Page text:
Can you check if my computer’s been hacked?

  • ‘My computer is acting weirdly, can you see if it’s been hacked?’
  • ‘This employee is complaining that their computer is slow, please check if there’s been any malicious activity’
  • Insert random family member who believes you’re an IT god/goddess.
  • How long has the user been experiencing these issues for? This will help to give you an indication of the timeframe you should be investigating; was it yesterday, a week ago, or a month ago? Use this to filter timestamps, event logs, your SIEM etc.
  • What issues has the user been experiencing? Does this happen on a regular basis?
  • What is the users role in the organisation? If the answer is sales, HR, finance, or the C-suite, just go straight to their emails to see if they’ve been phished; don’t hold me to this, but majority of the time, this would have been the initial source of infection.

Event Logs

  • 4624/4634 — successful logon and logoff; there’s a field here called LogonID which you can use to track how long an attacker was logged on for. You see what process was used, logon type, and if you’re lucky, the workstation name and IP address from where they initiated the logon. You can filter for these using the native Event Viewer, as shown below:
Filtering the Security Event Log
  • 4672 — an account logon with superuser rights; they’ve got admin rights. If they used explicit credentials, the logon EID would be 4648.
  • 4720 — an account was created; it’s not uncommon for attackers to do this to maintain persistence
  • 4625 — failed logon attempt; if you see multiples of these one after the other, someone’s trying to brute force their way in
  • 1102 (Security), 104 (System) — audit log was cleared; attackers small and large do this to cover their tracks.
Microsoft Office Alerts analysis via Event Viewer

Internet History

  • downloads; in addition to the site the file was downloaded from or referred from, it will give you the start time of the download, and where on the users computer it was downloaded to (target_path)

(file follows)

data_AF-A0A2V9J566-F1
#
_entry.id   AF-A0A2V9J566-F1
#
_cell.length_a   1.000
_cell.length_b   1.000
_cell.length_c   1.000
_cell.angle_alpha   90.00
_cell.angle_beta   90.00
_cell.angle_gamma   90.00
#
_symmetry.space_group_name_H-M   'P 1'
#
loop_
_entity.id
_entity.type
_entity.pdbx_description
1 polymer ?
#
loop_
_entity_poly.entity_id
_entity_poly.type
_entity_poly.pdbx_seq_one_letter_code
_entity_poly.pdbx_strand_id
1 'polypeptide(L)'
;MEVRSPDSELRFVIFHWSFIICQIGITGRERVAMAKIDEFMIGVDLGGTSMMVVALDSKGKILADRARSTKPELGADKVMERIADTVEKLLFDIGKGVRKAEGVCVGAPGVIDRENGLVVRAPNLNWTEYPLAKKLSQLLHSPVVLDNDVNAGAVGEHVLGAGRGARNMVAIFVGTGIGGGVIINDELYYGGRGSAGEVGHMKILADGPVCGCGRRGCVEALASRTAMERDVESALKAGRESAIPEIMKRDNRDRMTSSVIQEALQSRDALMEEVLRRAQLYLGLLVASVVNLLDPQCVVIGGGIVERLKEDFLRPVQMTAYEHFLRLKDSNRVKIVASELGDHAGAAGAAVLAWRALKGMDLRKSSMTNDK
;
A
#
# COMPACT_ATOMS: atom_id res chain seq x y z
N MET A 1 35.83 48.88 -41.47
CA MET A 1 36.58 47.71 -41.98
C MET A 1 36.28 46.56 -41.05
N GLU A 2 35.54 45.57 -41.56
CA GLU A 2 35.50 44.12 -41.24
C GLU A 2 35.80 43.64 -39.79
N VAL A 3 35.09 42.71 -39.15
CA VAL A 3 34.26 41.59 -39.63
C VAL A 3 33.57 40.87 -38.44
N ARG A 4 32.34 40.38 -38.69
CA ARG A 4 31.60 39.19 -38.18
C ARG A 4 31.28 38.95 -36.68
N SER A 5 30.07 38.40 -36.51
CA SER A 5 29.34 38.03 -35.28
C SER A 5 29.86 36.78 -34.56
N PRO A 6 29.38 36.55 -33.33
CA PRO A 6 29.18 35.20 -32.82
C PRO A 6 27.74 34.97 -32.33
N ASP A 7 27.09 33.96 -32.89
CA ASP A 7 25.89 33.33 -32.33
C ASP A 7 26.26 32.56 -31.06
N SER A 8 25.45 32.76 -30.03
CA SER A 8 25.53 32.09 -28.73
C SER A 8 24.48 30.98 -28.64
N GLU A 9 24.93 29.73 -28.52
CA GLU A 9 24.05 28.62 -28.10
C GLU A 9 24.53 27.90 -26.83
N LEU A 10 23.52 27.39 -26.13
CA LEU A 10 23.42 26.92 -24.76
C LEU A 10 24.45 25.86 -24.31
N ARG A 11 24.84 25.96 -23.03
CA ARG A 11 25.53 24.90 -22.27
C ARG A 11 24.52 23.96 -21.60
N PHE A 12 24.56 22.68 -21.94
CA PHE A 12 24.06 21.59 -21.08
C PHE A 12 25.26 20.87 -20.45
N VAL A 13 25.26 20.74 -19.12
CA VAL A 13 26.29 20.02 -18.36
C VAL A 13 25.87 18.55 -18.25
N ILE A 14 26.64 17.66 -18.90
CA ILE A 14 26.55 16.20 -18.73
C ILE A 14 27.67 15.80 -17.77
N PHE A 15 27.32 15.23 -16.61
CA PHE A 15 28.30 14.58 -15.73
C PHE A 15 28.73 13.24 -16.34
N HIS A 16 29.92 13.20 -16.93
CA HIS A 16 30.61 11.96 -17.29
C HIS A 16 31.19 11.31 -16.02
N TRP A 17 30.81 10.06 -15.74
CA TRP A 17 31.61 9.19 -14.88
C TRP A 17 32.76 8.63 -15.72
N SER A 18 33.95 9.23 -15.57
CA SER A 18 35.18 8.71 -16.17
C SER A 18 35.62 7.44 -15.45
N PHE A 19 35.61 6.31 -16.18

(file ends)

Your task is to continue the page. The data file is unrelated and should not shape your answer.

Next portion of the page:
• urls; don’t overlook the ‘title’ field, as this will show you interesting activity such as the subject line of an email or emails they’ve searched for
  • keyword_search_terms; exactly what it sounds like.
Interface of DB Browser for SQLite
Translating timestamps to human readable format
Source: https://www.secjuice.com/how-to-handle-an-intrusion-on-a-windows-system/

Scheduled Tasks

Persistence Mechanisms

  • C:\Windows\System32\config\SOFTWARE
  • The keys: SOFTWARE\Microsoft\Windows\CurrentVersion\Run & SOFTWARE\Microsoft\Windows\CurrentVersion\RunOnce
Registry Explorer interface to investigate Run/RunOnce keys
  • Microsoft\Windows NT\CurrentVersion\Winlogon\Userinit. The value data should be C:\Windows\system32\userinit.exe, but attackers can easily manipulate this to point to their own malware, so that when the user logs in, the malware will also execute.
  • Similarly, in the same Winlogon key, the value Shell should simply have ‘explorer.exe’ in its data field.
  • Any programs listed in a users Startup Menu will automatically run when the user logs on; SOFTWARE\Microsoft\Windows\CurrentVersion
    \Explorer\User Shell Folders
    ; check this registry key, as it’s frequently misused by attackers.
SYSTEM Registry for Service Installation

Recently Open Files

Reviewing RecentDocs in Registry Explorer
  • Name and full path of the executable
  • The first and last time it executed, the number of times it has been executed, and the files/handles that were used by the program at the time of execution
  • The last 8 timestamps of when it was executed.
PECmd Output for Prefetch Analysis

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Your one and only source into the scandalous life of a DFIR consultant.

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